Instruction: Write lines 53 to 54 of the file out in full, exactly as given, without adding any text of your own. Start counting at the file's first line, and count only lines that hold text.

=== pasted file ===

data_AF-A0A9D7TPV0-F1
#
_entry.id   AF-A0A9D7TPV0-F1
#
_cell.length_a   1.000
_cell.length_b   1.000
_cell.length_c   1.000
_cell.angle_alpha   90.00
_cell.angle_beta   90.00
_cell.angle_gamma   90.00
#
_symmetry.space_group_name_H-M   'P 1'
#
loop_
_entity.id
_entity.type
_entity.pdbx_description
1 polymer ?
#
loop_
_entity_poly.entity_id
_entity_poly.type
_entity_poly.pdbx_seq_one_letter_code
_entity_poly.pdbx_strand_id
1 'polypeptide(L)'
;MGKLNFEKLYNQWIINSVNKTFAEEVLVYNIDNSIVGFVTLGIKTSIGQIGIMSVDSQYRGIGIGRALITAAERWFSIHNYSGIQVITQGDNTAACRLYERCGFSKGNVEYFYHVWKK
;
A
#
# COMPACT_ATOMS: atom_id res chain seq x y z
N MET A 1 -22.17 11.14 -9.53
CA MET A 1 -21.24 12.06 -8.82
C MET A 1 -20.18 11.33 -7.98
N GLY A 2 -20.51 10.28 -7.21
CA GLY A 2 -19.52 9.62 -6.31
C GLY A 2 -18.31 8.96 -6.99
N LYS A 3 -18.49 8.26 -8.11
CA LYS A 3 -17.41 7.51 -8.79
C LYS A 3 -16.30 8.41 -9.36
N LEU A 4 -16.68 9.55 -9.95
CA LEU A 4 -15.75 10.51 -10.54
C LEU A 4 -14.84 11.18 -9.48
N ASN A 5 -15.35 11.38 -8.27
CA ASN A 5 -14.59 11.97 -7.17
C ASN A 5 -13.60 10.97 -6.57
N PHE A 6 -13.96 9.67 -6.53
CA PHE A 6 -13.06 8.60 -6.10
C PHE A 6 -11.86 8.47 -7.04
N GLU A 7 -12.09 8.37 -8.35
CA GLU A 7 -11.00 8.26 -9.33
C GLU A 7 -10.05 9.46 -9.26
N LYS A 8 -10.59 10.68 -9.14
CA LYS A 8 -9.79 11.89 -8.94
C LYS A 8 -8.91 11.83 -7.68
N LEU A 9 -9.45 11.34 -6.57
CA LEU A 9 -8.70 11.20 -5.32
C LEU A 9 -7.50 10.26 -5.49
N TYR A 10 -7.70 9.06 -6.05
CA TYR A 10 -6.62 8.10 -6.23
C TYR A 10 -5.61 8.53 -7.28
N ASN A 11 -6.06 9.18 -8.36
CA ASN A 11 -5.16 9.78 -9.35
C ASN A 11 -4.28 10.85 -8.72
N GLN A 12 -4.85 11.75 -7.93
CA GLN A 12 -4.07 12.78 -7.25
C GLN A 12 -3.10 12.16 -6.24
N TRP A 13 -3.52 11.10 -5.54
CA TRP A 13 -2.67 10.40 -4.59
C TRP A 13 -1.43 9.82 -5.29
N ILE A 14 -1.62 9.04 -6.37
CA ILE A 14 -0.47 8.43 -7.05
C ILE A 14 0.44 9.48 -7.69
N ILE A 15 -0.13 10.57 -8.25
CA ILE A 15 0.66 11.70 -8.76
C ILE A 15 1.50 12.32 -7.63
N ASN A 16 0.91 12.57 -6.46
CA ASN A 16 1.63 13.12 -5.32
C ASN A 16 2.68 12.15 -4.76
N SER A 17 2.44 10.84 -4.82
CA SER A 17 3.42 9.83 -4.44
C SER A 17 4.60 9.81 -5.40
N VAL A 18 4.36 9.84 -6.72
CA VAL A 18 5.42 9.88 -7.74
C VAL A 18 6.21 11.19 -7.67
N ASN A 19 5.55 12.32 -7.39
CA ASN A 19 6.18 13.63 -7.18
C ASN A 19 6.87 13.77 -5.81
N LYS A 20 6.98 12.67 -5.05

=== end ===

CA LYS A 8 -9.79 11.89 -8.94
C LYS A 8 -8.91 11.83 -7.68